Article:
Year of Award


Document Type

Thesis - Campus Access Only

Degree Type

Master of Science (MS)

Degree Name

Sociology (Criminology Option)

Department or School/College

Department of Sociology

Committee Chair

Daniel Doyle

Commitee Members

Bryan Cochran, James Burfeind


Critical Theory, Marijuana Law, Normative Theory, GSS, Marijuana


University of Montana


The ambiguity of marijuana law in the United States is creating a true state of social anomie for U.S. citizens. Using survey data from the General Social Survey from the University of California, Berkeley, binary logistical regression is employed to find which of the independent variables compiled, age, income, race, region, and sex, have an impact on the dependent variable, attitudes toward marijuana legalization. Through this analysis, two theories are utilized, Richard Quinney’s critical theory of crime and normative theory of law, to outline predictors for the future legalization of marijuana in the U.S. The findings show that while neither theory outlines a clear path to marijuana legalization, Quinney’s critical theory of crime can assist in understanding why marijuana has not yet been legalized in the U.S.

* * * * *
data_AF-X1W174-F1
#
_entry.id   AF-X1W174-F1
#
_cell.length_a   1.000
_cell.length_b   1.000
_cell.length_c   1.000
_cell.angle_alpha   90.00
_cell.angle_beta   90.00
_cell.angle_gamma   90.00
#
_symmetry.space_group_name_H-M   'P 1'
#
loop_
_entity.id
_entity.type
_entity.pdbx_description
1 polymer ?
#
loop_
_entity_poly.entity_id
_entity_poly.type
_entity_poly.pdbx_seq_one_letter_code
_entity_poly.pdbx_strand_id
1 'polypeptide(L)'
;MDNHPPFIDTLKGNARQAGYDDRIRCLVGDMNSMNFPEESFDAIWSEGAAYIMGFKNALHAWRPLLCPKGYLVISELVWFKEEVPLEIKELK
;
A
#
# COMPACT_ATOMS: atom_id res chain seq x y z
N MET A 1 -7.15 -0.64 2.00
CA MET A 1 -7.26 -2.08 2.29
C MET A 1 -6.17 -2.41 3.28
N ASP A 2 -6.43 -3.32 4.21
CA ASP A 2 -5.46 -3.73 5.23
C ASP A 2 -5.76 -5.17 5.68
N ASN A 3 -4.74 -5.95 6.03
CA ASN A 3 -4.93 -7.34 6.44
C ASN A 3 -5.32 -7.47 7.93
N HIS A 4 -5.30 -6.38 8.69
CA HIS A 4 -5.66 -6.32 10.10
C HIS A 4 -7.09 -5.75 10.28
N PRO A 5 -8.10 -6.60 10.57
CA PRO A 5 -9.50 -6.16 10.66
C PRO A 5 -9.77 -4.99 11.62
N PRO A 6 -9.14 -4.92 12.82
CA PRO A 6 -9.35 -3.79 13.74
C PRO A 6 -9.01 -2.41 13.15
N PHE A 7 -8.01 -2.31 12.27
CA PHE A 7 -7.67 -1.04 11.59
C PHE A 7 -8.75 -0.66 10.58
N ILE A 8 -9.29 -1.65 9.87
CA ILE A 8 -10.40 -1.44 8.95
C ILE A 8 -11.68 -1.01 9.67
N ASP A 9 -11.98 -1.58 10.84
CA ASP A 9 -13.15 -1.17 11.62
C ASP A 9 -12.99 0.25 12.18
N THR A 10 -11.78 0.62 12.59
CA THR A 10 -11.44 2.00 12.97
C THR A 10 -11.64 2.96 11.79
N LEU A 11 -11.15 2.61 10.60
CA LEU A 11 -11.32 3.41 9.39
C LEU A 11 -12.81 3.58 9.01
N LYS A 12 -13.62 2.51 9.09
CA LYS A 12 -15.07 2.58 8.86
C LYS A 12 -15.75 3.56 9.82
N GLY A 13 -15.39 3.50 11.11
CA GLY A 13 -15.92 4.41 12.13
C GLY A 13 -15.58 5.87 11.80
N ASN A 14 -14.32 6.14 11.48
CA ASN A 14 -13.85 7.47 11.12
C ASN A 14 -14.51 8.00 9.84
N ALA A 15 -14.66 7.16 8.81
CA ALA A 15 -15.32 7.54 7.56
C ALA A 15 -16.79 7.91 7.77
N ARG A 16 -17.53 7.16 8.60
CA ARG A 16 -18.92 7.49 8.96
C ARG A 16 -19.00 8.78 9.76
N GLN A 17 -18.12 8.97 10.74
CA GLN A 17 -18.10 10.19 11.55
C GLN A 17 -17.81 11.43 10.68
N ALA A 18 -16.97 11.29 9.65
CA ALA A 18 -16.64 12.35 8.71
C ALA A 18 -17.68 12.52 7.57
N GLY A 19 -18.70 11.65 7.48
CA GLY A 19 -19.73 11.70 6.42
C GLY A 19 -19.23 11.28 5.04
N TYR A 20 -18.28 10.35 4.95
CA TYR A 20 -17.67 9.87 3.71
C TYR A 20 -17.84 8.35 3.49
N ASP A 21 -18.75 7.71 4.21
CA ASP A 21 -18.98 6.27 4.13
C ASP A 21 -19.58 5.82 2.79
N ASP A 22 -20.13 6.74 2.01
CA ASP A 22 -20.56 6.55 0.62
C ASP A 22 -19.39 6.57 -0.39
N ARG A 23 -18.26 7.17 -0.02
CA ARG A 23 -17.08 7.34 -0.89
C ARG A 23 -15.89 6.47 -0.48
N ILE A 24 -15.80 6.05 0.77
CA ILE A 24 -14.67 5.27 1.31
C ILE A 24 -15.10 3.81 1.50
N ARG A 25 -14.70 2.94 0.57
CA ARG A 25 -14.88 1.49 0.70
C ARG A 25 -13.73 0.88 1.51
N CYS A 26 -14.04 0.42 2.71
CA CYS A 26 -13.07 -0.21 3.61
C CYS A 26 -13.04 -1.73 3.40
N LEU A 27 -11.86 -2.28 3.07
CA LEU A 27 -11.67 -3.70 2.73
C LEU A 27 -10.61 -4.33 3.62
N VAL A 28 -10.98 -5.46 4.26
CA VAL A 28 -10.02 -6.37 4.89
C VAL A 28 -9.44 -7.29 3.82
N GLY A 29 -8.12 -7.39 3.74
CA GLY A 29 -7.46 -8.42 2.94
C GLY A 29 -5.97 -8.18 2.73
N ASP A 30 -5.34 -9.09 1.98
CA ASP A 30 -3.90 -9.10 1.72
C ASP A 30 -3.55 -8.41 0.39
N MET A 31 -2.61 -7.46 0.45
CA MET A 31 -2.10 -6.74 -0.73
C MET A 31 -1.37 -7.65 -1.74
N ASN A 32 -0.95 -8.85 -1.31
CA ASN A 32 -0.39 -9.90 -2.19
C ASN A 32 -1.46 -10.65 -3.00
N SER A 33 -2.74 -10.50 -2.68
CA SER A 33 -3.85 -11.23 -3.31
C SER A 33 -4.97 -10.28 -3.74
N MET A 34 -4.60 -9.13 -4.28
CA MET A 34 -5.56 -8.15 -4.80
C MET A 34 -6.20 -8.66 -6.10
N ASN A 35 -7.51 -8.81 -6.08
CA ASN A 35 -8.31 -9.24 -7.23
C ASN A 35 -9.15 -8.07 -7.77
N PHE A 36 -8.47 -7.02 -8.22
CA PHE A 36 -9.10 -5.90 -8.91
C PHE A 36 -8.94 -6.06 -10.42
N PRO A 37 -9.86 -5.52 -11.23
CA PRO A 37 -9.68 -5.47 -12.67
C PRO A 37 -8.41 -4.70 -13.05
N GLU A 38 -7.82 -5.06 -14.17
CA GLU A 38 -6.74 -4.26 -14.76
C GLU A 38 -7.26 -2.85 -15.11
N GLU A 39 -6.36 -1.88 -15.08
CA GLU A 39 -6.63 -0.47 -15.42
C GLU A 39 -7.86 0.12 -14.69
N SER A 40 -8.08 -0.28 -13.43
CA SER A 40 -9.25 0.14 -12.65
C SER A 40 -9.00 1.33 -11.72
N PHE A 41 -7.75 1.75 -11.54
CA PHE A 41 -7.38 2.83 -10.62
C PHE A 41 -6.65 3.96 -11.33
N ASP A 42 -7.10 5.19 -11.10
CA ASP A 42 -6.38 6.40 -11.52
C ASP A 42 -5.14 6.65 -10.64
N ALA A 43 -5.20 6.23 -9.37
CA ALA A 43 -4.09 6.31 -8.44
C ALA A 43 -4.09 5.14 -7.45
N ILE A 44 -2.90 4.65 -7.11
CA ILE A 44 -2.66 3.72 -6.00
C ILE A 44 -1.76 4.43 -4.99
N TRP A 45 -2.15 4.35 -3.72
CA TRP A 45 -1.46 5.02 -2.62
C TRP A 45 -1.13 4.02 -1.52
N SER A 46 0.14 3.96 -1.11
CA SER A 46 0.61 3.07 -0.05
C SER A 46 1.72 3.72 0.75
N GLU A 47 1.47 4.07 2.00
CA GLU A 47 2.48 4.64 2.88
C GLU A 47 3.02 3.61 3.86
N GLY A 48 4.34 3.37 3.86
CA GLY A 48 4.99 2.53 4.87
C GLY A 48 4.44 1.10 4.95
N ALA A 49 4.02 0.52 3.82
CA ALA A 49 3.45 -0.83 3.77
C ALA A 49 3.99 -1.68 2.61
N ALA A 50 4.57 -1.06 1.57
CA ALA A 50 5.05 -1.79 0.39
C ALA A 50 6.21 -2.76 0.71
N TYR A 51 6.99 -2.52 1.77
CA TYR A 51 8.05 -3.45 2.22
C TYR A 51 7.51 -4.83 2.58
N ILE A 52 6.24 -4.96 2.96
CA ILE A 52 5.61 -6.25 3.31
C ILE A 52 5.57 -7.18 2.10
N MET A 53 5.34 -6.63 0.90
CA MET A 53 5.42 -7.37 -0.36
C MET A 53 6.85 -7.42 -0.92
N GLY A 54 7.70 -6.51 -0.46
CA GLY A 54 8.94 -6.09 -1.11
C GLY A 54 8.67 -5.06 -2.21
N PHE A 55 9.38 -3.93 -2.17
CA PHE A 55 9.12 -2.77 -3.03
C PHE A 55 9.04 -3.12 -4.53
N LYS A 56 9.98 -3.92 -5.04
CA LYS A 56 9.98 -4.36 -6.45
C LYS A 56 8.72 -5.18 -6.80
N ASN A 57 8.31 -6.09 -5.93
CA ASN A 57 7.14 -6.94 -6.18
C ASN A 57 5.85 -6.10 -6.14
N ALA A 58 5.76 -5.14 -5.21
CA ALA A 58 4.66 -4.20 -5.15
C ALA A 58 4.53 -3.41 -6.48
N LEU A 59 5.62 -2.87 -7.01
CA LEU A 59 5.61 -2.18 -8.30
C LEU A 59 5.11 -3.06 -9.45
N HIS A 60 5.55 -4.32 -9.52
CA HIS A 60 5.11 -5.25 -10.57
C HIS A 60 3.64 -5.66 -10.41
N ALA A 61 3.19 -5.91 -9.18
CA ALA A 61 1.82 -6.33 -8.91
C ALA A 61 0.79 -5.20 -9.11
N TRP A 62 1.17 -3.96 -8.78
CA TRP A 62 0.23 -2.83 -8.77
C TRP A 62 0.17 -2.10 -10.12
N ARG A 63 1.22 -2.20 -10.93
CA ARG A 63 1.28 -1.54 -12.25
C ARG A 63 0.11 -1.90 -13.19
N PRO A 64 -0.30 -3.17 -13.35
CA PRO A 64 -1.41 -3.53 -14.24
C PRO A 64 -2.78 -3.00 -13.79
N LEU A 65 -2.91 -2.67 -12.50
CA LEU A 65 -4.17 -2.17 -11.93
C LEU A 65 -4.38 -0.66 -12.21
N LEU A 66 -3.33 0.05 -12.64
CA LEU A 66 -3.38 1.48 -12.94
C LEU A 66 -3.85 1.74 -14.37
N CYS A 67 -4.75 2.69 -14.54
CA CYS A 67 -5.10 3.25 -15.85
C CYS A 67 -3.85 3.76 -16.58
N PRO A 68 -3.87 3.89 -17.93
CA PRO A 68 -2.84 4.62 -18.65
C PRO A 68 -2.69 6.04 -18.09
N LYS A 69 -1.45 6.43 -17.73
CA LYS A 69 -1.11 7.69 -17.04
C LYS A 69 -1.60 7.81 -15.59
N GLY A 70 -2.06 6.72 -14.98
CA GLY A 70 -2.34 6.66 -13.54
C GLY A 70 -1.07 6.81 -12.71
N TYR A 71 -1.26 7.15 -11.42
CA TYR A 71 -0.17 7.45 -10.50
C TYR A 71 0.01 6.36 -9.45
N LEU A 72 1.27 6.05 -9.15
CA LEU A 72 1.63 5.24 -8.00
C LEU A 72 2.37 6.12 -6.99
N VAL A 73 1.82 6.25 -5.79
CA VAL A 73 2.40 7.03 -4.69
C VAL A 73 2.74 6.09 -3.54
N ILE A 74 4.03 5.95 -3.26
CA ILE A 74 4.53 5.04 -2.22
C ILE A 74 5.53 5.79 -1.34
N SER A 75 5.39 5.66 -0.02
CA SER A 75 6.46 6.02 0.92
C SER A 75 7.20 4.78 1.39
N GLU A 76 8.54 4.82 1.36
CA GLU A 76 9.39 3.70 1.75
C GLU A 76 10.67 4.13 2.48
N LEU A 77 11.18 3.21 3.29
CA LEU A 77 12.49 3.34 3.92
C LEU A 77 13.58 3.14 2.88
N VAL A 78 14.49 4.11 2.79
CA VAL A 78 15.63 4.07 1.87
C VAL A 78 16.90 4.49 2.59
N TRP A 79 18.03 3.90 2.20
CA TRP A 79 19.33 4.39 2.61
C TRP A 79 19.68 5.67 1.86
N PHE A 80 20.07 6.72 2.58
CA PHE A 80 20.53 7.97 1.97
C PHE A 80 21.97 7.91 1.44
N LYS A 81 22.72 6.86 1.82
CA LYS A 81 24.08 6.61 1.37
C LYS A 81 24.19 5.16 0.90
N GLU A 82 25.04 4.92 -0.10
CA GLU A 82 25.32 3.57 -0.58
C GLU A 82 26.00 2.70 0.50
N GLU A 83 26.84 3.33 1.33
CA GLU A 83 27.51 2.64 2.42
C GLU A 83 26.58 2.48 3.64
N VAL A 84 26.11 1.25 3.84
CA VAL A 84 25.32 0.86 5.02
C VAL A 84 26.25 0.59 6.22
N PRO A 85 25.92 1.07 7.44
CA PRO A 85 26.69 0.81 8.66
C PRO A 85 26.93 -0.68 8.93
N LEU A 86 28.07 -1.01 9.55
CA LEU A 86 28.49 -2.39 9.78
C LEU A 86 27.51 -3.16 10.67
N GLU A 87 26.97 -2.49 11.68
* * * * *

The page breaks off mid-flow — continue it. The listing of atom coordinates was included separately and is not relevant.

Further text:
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© Copyright 2012 Michael P. Fawaz